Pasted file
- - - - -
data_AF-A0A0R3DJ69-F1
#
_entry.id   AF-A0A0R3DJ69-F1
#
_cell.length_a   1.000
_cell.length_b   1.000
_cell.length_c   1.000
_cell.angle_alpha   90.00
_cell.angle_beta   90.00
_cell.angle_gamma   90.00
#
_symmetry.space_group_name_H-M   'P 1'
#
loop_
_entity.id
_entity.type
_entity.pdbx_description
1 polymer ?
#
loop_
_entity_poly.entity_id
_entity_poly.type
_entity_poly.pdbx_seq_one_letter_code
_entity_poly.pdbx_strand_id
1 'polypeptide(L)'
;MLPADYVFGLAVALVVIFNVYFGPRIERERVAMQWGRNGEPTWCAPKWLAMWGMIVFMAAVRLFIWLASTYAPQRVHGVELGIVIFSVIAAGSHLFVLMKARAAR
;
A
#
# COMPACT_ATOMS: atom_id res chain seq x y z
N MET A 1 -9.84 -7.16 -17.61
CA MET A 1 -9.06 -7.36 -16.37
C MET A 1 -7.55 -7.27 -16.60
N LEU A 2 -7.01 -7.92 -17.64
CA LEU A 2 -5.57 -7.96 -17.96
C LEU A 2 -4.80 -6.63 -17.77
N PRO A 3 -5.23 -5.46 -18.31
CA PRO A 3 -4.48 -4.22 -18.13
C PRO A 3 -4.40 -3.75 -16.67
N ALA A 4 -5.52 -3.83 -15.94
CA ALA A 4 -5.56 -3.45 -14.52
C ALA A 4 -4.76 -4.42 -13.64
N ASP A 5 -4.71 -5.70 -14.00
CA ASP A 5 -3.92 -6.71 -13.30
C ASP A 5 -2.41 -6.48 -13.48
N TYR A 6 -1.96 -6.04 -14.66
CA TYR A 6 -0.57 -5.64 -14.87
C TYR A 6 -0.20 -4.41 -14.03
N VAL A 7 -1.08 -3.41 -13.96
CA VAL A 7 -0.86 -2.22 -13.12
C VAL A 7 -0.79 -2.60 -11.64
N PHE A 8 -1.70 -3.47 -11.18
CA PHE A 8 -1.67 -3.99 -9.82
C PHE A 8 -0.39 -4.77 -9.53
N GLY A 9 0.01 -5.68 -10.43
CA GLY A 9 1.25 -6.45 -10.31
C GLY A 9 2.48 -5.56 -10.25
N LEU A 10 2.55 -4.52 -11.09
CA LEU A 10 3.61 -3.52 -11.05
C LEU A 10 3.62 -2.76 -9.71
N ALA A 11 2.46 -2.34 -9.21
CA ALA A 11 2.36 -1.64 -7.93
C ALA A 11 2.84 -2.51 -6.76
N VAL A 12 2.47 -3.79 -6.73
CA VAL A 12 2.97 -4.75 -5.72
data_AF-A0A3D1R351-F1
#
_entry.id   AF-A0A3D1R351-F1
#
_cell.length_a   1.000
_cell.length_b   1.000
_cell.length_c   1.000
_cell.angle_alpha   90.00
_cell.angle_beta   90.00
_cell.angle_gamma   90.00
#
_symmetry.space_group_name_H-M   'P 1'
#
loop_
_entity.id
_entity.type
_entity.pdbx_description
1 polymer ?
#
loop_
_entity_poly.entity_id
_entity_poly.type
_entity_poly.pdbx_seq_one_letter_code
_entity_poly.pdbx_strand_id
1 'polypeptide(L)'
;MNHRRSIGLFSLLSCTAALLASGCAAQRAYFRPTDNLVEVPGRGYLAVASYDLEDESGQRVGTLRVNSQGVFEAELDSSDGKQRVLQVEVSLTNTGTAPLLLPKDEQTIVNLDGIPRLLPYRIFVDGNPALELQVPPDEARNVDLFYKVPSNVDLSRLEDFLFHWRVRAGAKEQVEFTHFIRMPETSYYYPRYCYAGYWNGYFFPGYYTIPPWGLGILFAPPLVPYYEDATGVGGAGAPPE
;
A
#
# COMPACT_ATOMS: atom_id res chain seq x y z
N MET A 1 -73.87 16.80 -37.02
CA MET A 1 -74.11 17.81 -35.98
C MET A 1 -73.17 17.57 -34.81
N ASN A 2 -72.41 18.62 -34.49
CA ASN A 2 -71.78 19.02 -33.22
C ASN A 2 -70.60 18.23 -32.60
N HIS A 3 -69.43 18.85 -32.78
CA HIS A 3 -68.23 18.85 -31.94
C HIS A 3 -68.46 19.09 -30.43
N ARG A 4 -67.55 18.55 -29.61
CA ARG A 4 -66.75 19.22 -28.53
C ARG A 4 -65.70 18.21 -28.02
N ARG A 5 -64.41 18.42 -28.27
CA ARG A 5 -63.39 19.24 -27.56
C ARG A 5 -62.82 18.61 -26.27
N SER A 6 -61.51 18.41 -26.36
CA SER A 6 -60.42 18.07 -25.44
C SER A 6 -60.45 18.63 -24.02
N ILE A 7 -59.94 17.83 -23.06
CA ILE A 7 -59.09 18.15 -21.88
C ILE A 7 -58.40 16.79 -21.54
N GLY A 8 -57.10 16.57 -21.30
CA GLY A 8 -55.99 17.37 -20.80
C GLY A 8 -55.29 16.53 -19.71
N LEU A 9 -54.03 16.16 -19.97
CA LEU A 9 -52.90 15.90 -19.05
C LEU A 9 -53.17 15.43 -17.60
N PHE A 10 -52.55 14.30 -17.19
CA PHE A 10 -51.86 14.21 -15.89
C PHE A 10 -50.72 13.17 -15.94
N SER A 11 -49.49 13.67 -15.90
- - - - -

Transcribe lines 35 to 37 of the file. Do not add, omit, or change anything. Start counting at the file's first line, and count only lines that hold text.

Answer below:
CA LEU A 2 -5.57 -7.96 -17.96
C LEU A 2 -4.80 -6.63 -17.77
N PRO A 3 -5.23 -5.46 -18.31